Inherent to many carbon offsets, then, is an element of risk. Polluters know that they are releasing GHG emissions and are trusting offsets to permanently remove these from the atmosphere. The consequences of getting this wrong are dire, as any foray into climate change projections will reveal. As my sex education teacher taught us at school, abstinence is the safest route. Indeed, the safe-sex metaphor may be a useful one. If pollution is sex, then catastrophic climate change is unwanted teen pregnancy. Carbon offsets are the various contraception options. Some are more reliable than others, many have unintended side effects, the more you use the safer you’ll be, and there is always the chance that they will fail. However, they are better than nothing.
In order for the risk to feel acceptable, there needs to be trust – both in the offsets and in those that are using them. Trust in offsets can be achieved by only using those certified by reputable independent third-parties who continuously monitor projects to ensure they operate as intended and are protected. Trust in those using them is harder to achieve, especially as there are few historical grounds to do so. Action against climate change has been called for since the 1980s. In that time, we have seen great international debate but little progress. We have seen countries refusing to commit and companies deliberately muddying the waters by financing climate denial and lobbying against any attempt at changing business as usual. This is beginning to change, but people’s memories are not so short as to forget the lessons of the recent past. As those who will bear the brunt of the consequences should the risk not pay off, it is a lot to ask of people to trust that your emissions will not be part of the problem.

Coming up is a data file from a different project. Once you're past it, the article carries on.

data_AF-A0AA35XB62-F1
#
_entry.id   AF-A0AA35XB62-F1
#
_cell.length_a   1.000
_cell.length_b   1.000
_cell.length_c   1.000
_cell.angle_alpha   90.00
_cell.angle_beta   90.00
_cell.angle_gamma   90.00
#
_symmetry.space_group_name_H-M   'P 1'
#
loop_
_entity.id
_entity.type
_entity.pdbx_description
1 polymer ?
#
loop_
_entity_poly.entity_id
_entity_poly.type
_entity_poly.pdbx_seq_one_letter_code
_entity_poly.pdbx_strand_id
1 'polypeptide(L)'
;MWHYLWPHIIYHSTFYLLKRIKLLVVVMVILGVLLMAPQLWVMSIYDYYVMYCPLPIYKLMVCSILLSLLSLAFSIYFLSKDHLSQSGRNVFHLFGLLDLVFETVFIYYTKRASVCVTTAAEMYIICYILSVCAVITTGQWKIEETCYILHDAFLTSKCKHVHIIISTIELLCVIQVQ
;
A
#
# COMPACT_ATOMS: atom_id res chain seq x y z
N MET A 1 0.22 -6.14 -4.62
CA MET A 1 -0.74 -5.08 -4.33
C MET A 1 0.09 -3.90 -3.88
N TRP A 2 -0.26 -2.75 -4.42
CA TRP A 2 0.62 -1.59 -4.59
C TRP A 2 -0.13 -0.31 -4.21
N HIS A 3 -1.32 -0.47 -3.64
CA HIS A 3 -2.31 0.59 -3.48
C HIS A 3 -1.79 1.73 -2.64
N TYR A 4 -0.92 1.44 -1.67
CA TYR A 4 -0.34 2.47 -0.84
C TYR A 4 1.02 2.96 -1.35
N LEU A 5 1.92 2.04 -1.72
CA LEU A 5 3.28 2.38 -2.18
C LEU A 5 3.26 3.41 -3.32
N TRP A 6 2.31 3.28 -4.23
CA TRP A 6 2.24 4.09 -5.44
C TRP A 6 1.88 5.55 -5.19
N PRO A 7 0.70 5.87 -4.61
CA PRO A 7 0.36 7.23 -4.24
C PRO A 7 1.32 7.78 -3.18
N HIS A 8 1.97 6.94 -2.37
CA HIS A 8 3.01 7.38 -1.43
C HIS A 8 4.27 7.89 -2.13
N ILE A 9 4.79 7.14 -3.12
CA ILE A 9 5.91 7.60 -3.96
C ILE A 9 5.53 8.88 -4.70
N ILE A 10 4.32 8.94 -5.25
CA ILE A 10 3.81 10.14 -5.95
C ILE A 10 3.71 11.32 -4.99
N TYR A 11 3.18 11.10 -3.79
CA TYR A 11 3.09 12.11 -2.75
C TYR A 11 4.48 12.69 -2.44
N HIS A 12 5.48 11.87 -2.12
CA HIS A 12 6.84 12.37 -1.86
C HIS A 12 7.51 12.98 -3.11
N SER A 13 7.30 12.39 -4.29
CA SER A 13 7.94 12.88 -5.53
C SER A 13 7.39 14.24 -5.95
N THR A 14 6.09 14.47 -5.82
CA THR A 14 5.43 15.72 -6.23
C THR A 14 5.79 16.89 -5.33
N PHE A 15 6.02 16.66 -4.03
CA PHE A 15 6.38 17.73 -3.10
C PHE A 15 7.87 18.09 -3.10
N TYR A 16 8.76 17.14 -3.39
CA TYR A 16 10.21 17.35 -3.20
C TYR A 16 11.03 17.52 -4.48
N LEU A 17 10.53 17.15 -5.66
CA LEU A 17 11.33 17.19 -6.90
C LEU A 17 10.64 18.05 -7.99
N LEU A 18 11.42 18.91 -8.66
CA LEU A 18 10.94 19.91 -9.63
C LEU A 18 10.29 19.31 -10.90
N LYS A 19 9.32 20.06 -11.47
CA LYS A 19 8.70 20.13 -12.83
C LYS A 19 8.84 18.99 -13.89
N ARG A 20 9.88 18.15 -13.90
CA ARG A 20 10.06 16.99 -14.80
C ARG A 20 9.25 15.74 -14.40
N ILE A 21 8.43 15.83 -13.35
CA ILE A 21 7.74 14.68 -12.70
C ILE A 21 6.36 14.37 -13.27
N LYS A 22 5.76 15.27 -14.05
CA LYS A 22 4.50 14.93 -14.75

To build trust – and avoid accusations of greenwashing – it is therefore imperative that carbon offsets are accompanied by significant emissions reduction efforts. Offsets should be used only for those emissions that cannot be prevented. They should not be considered as permission to pollute or carry on harmful activities. It is hard to believe an oil company, say, using offsets is serious about preventing catastrophic climate change if they are simultaneously exploring for new resources, given that use of existing reserves will already make achieving the Paris Agreement impossible. There are not enough carbon sinks in the world to accommodate those levels of emissions. Offsets are a tool in the arsenal against climate change, not the silver bullet that will save us all. Use them wisely.